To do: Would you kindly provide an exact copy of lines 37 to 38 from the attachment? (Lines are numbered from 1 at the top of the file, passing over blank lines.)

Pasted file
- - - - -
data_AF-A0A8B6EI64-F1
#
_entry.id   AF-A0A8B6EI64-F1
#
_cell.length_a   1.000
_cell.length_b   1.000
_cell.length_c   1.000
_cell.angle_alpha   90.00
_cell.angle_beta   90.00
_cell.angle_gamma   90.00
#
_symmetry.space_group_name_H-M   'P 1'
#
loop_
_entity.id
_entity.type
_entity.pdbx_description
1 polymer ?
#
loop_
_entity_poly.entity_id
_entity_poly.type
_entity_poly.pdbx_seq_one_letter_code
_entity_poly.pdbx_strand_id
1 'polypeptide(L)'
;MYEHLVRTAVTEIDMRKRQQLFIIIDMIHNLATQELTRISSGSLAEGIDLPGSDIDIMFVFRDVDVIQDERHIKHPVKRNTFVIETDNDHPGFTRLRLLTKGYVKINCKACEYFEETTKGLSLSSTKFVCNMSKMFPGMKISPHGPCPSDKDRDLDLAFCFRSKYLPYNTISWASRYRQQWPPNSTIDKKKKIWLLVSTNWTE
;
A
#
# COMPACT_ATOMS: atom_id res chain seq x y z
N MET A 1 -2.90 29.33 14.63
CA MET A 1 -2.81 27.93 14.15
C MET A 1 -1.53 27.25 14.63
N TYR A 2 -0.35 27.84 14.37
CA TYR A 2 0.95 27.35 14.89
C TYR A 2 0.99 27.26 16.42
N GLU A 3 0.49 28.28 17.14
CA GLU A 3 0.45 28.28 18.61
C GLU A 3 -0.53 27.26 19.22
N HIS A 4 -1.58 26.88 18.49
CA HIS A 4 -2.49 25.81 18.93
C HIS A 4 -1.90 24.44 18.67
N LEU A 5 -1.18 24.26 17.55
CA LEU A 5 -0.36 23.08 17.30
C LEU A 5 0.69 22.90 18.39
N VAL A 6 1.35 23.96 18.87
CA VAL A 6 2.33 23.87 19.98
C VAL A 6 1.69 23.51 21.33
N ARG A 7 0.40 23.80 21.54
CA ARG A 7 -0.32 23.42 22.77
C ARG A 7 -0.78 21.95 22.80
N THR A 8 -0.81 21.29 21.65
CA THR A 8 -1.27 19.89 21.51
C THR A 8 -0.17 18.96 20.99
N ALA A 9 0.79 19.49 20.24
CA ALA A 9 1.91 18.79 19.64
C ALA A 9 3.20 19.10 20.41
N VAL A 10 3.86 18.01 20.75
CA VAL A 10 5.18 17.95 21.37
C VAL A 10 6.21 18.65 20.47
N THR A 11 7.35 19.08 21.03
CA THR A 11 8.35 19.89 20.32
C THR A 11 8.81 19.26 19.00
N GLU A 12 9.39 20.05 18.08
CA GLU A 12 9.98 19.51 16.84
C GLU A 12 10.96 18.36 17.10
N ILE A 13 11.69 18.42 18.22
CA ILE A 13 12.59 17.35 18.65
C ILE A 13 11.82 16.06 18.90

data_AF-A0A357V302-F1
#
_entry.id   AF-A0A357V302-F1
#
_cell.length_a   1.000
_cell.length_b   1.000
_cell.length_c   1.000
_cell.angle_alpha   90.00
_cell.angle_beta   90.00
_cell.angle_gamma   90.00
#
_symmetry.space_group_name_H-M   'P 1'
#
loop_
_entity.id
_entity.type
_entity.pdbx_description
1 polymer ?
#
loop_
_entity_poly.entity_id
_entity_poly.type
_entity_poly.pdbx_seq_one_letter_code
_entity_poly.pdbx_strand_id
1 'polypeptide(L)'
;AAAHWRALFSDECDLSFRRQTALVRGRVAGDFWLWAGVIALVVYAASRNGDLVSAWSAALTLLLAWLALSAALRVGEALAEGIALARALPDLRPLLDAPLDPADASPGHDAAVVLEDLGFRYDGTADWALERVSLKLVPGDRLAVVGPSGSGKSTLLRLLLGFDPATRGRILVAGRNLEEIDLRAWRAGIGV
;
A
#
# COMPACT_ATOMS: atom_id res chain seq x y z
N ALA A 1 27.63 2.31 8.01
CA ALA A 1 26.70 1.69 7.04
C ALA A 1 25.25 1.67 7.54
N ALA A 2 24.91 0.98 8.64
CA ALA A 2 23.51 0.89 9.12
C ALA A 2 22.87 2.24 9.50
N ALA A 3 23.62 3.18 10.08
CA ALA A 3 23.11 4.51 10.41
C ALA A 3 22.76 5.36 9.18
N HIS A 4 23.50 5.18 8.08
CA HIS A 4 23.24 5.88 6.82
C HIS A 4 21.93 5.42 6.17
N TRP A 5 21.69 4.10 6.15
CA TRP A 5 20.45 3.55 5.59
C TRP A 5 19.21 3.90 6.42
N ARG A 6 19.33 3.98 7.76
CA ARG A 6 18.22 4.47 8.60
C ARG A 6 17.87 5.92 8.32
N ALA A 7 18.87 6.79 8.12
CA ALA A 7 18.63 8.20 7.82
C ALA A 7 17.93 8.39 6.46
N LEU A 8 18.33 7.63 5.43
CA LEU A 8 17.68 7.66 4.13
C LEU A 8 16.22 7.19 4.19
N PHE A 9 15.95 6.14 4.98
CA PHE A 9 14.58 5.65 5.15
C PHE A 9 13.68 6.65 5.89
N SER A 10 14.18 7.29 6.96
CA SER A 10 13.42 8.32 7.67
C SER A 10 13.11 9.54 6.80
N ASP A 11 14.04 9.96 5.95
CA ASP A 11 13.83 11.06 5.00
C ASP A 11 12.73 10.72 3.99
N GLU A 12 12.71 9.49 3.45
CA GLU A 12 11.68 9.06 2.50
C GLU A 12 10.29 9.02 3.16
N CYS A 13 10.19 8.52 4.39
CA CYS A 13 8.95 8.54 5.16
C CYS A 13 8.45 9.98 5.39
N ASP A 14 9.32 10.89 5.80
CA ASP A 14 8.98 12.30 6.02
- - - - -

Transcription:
N GLU A 3 0.49 28.28 17.14
CA GLU A 3 0.45 28.28 18.61